C. The ALJ Properly Considered Merrill's Allegations of Pain and Properly Assessed his Credibility.
Merrill first argues that the ALJ failed to properly assess his credibility, thereby inadequately considering the effect of pain on his ability to work. We disagree.
In assessing a claimant's allegations of pain, the ALJ must first consider whether there is an underlying medically determinable physical or mental impairment that could reasonably be expected to produce the individual's pain or other symptoms. Social Security Regulation ("SSR") 96-7p, 1996 WL 374186, at *2. Once such an underlying impairment has been shown, the ALJ "must evaluate the intensity, persistence, and limiting effects of the individual's symptoms to determine the extent to which the symptoms limit the individual's ability to do basic work activities." Id. If the claimant's allegations of pain are not substantiated by objective medical evidence, the ALJ must make a finding on the credibility of the individual's statements based on a consideration of the entire case record. Id. In doing so, the ALJ must consider (1) the claimant's daily activities; (2) the location, duration, frequency, and intensity of the claimant's pain or other symptoms; (3) factors that precipitate and aggravate those symptoms; (4) the type, dosage, effectiveness, and side effects of any medication that the claimant takes or has taken to alleviate pain or other symptoms; (5) treatment, other than medication, the claimant receives or has received for relief of pain or other symptoms; (6) any measures other than treatment the claimant uses or has used to relieve pain or other symptoms; and (7) any other factors concerning the claimant's functional limitations and restrictions due to pain or other symptoms. Id. at 3.
It is well settled that an ALJ's credibility assessment is entitled to special deference because the ALJ is in the best position to evaluate the credibility of a witness. Powers v. Apfel, 207 F.3d 431, 435 (7th Cir. 2000). As a result, we will overturn an ALJ's credibility assessment only if it is "patently wrong." Id. In any event, "the ALJ must explain her decision in such a way that allows us to determine whether [he] reached [his] decision in a rational manner, logically based on [his] specific findings and the evidence in the record." McKinzey v. Astrue, 641 F.3d 884, 890 (7th Cir. 2011).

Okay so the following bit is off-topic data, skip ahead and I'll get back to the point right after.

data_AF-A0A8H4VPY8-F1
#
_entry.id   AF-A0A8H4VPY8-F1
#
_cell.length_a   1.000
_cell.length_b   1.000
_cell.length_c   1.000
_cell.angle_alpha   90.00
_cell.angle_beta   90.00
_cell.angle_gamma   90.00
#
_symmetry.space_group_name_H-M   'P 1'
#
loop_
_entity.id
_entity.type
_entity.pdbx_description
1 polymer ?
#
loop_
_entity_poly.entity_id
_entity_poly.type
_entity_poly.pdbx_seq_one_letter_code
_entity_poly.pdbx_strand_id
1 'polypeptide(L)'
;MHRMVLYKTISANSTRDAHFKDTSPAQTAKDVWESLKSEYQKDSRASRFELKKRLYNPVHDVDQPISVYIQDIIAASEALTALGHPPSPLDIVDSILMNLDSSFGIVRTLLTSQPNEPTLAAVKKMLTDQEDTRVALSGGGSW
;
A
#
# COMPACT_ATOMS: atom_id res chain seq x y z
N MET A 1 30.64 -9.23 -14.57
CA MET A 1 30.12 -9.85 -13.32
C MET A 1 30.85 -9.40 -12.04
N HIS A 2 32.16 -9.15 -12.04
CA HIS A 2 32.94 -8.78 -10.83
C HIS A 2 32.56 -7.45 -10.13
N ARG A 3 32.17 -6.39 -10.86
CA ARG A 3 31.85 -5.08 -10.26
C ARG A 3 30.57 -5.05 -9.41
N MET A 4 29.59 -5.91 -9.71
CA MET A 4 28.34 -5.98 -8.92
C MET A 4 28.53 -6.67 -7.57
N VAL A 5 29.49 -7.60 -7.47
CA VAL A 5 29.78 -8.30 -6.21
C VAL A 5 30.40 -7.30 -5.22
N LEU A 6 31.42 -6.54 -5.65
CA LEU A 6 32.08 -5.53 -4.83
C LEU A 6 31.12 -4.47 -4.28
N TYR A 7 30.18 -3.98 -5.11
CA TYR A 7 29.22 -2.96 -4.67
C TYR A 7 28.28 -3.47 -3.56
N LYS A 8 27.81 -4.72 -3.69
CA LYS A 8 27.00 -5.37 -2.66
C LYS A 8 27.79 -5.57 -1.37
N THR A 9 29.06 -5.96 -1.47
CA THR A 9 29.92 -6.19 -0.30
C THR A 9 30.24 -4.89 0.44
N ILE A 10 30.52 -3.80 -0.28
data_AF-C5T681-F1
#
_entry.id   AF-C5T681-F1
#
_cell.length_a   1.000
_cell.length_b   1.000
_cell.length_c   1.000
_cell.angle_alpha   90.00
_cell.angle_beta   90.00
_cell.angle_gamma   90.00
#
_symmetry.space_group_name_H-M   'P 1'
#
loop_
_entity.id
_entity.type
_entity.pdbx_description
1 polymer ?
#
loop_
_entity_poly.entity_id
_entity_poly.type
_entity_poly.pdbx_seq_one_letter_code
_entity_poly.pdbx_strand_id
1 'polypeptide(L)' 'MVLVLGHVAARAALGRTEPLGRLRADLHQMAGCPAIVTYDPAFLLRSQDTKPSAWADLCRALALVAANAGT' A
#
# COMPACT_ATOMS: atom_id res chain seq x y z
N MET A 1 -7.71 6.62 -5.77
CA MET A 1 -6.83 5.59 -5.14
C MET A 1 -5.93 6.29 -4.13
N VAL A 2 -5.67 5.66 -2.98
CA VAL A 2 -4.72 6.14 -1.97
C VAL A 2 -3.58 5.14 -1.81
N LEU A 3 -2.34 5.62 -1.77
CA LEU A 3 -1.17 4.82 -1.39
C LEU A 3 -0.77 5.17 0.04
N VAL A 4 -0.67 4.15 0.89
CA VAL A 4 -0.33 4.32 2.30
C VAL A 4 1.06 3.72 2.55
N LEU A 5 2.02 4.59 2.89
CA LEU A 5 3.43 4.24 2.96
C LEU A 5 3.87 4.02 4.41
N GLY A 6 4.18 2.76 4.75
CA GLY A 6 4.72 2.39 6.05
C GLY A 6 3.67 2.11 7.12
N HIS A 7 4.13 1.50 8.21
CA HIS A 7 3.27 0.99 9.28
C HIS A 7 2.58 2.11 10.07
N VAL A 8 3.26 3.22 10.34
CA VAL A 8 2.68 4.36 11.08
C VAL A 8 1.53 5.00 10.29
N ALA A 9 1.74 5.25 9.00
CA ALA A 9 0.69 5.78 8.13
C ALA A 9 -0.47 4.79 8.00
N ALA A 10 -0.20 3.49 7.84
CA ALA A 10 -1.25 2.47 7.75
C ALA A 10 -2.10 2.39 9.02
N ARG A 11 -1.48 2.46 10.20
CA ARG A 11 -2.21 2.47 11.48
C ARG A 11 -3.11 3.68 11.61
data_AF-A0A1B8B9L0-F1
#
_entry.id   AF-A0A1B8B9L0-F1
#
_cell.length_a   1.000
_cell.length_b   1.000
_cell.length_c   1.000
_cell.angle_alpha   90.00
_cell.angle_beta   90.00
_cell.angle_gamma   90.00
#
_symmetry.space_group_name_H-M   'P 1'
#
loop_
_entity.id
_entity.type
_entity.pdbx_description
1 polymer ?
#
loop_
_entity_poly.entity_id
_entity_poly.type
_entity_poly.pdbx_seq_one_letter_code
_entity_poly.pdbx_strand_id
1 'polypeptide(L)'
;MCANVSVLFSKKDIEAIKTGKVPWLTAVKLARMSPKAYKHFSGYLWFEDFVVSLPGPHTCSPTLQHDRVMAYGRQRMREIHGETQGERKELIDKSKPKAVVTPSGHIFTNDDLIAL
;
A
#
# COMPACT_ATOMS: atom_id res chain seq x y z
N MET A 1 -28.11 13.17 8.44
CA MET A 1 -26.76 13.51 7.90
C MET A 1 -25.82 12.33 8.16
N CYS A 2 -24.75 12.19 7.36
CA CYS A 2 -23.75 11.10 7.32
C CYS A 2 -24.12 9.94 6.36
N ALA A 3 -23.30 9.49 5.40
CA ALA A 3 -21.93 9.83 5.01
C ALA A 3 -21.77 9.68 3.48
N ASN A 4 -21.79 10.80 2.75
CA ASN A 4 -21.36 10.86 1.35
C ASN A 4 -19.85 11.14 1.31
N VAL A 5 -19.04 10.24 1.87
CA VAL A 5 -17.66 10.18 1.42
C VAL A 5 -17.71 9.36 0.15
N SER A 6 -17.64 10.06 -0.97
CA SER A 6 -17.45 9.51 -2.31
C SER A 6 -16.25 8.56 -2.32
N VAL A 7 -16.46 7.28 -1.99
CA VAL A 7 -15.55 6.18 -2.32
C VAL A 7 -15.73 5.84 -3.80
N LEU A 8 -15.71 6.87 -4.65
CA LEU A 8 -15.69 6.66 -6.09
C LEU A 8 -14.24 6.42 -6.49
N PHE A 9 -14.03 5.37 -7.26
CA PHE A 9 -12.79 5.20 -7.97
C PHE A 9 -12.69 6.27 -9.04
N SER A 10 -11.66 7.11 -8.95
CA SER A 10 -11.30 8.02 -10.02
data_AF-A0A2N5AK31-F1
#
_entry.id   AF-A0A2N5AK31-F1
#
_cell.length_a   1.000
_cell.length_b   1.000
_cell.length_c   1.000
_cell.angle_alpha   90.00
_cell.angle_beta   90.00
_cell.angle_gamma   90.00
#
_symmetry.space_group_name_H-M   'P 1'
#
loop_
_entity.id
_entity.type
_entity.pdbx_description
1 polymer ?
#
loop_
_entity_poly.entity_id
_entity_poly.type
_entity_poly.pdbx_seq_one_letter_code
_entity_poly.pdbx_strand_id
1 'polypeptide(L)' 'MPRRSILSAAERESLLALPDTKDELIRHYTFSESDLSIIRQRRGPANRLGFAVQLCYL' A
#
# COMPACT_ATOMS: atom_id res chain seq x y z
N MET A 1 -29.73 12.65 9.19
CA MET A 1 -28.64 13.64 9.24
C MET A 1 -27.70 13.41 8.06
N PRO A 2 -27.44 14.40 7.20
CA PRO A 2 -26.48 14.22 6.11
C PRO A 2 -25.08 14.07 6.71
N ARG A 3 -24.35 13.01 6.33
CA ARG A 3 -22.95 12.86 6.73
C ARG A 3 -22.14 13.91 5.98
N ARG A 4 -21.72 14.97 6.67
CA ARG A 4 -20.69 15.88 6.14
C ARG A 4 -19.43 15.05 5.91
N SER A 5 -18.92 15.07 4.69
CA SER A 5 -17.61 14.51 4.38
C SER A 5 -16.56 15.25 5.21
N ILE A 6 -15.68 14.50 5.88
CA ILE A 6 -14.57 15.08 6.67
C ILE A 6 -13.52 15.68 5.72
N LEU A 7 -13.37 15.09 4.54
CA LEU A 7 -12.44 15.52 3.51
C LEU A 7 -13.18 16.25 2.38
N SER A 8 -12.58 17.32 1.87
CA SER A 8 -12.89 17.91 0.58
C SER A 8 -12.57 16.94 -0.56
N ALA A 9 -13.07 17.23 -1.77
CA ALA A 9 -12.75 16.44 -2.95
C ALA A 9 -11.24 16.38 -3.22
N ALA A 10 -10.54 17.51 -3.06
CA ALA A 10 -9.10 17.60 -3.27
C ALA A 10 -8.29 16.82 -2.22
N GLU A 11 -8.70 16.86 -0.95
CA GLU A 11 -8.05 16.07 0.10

Here, the ALJ determined that Merrill's impairments could reasonably be expected to cause the alleged symptoms, but went on to find that Merrill's allegations of disabling pain and limitations lacked credibility. As an initial matter, we note that in making his credibility assessment, the ALJ used the boilerplate language that has been criticized by the Seventh Circuit. See Shauger v. Astrue, 675 F.3d 690, 696 (7th Cir. 2012); Bjornson v. Astrue, 671 F.3d 640, 644--45 (7th Cir. 2012). However, the use of this language alone does not require remand. Instead, we must assess the "sufficiency of the analysis that accompanies the language." Doering v. Astrue, No. 10 C 5730, 2012 WL 1418851, at *3 (N.D. Ill. Apr. 24, 2012); see also, Richison v. Astrue, 462 Fed. Appx. 622, 625 (7th Cir. 2012).
In assessing Merrill's credibility, the ALJ articulated specific reasons supporting his finding that Merrill's pain did not cause the extreme limitations he claimed. He commented on Merrill's three trips to Arizona and determined that Merrill's ability to drive ten to fifteen hours straight and ride in a car for thirty hours straight, without medication, undermined his alleged limitations, in particular that he must lay down for up to a day even after very minimal activity. ALJ Marceille also commented on Merrill's ability to care for his young son at times. Contrary to Merrill's argument, in relying on this activity to discredit Merrill's claims, the ALJ was not making "unfounded sociological speculations." (Cl.'s Mot. at 10.) Instead, the ALJ simply noted that this was one factor, among others, that led him to conclude that Merrill was functionally more capable than he claimed.
Further, the ALJ noted that despite Merrill's claims of side effects from medications and his need to rest after activity, he was unable to find many instances where Merrill reported such extreme side effects and limitations to his treating physicians. More importantly, and as discussed in more detail below, the ALJ relied on the fact that the limitations imposed by Merrill's own treating physician, Dr. DePhillips, did not preclude all competitive employment.
All of this leads us to conclude that the ALJ properly considered Merrill's allegations of pain and that his credibility determination was not patently wrong.
D. The ALJ Did Not Err When He Declined to Accept Dr. DePhillips' Opinion that Claimant Was Disabled.
Merrill also claims that the ALJ erred by rejecting Dr. DePhillips' statement that the claimant could not work. Again, on January 16, 2008, Dr. DePhillips stated that Merrill had reached maximum medical improvement and was unemployable. As explained above, Dr. DePhillips also set forth certain functional limitations. On April 16, 2008, Dr. DePhillips reiterated his opinion that Merrill was disabled. In Merrill's opinion, the ALJ should have afforded Dr. DePhillips' conclusion controlling weight. Merrill also argues briefly that the ALJ failed to properly consider Dr. Patel's treatment notes relating to spinal instability.